As is quite naturally the case, the story finds Conan going up against an evil man who wants nothing less than to control the entire world (and to bring back his dead wife). Khalar Zym (Stephen Lang) has the goal of putting back together a crown made of bone fragments which, when touched by the right blood, will come alive and grant the user exceptional powers… or something like that. The end result of his machinations though will, undoubtedly, result in world domination and only Conan can stop him.
Conan the Barbarian is a swords and sorcerers film where strange powers from beyond are regular and our hero has to do battle with warriors created from sand. While the film offers some explanations of how all of this can happen, it is far more interested in the fact that such odd creatures can and are called forth than with convincing the audience of the plausibility of such an event. It is enough, in the film’s estimation, to have Morgan Freeman provide a voiceover at the beginning of the film talking about the dark magic of a past age and then to dress Khalar Zym’s daughter, Marique (Rose McGowan), in some truly odd outfits with weird makeup and have her called a witch. Conan gets a love interest in the film, Tamara (Rachel Nichols) and best bud, Artus (Nonso Anzozie), but their characters aren’t particularly deep either. Artus is there to have someone Conan can talk to, and Tamara is the damsel in distress. The best performance may be given by Ron Perlman as Conan’s father, but he is in the film for all too brief a time.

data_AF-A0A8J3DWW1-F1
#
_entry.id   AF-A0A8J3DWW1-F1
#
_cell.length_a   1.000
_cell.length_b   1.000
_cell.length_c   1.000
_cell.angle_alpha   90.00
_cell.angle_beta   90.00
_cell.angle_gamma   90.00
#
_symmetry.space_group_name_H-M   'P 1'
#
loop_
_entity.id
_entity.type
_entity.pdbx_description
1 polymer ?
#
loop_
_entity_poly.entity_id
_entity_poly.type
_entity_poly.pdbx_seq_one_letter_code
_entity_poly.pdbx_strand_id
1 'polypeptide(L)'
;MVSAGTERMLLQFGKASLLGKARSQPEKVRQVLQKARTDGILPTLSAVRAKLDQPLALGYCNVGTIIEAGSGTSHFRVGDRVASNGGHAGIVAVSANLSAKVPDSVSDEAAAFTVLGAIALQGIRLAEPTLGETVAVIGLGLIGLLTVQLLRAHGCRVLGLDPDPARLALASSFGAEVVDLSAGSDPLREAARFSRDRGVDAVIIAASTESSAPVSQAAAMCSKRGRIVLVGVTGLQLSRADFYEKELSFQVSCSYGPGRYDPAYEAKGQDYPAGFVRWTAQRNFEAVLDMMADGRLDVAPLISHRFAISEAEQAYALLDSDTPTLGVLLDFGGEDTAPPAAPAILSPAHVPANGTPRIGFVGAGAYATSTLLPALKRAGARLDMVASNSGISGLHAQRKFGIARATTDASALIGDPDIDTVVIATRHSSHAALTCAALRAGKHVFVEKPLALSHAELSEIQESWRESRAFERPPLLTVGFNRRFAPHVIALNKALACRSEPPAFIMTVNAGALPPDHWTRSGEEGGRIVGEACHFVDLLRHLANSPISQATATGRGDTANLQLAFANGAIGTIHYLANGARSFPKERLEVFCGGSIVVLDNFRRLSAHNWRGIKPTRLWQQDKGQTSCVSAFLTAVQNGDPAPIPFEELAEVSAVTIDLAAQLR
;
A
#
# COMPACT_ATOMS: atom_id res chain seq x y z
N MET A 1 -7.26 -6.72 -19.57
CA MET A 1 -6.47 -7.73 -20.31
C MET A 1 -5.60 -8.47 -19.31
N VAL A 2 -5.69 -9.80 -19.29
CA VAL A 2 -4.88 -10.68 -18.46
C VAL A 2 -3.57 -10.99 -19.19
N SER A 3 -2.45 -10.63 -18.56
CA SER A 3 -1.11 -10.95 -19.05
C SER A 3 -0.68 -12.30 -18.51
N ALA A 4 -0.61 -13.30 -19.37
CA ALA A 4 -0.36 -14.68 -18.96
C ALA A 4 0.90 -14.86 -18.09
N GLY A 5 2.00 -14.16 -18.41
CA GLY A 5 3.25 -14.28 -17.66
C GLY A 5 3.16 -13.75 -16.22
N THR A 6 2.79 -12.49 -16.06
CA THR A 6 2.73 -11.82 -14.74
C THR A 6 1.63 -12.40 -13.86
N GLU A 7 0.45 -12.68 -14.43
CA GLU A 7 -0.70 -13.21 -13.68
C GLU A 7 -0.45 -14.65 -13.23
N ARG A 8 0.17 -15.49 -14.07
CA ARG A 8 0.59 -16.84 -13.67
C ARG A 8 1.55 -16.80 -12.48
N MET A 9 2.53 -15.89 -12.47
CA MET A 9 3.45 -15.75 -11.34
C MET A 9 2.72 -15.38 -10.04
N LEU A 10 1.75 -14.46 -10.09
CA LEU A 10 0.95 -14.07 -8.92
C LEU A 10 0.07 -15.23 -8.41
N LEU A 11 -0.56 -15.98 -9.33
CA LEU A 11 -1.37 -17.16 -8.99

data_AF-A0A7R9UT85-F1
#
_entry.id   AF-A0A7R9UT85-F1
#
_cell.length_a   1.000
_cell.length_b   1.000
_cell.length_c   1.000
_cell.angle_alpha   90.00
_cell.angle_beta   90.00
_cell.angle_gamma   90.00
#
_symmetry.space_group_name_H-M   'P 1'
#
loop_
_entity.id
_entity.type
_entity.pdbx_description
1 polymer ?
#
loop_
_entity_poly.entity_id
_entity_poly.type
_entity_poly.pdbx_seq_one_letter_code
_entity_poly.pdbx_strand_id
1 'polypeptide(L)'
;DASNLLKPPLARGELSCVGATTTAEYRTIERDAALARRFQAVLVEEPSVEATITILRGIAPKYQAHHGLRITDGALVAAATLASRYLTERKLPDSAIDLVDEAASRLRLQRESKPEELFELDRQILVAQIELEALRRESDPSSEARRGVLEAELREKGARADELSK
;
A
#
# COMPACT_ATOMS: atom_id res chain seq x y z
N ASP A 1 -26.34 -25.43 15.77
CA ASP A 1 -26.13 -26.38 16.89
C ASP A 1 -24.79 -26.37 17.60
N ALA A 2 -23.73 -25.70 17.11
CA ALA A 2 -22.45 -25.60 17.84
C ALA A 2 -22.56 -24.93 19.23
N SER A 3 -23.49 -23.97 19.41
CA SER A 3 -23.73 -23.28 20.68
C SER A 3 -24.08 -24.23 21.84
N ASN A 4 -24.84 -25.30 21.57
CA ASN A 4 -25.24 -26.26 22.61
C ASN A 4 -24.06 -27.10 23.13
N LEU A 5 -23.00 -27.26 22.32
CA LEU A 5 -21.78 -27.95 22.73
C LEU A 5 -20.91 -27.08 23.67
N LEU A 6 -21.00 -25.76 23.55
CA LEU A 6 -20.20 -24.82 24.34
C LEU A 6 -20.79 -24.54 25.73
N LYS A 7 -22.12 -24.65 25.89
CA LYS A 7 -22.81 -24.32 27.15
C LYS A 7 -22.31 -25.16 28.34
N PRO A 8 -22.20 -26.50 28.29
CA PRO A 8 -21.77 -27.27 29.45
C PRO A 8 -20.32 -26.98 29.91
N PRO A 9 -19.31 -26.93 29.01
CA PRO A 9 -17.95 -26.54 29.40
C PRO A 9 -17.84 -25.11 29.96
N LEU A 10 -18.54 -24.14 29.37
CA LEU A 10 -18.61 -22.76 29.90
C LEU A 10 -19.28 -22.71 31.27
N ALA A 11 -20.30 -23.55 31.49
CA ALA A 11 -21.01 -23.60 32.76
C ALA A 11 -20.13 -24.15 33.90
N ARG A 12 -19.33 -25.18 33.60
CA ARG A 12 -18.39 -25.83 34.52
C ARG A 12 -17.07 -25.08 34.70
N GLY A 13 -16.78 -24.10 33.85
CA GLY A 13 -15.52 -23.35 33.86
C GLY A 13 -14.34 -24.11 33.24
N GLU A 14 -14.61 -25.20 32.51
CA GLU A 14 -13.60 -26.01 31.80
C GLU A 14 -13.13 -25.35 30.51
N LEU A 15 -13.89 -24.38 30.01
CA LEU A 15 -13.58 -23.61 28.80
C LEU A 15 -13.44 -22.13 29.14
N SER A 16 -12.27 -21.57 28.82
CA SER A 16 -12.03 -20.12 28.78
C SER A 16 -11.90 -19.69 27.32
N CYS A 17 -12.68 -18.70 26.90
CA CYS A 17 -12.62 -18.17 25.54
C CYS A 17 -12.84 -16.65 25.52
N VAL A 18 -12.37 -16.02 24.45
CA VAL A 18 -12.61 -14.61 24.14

Conan the Barbarian will work for an audience if that audience is able to simply accept whatever the reasons may be for what is taking place on screen and revel in the oddities and destruction. For most however, it isn’t all quite enough, and the repeated use of 3D effects where swords, arrows, spears, rocks, etc., come out of the screen towards the audience only serve to pull the viewer out of the film and make its other flaws more obvious.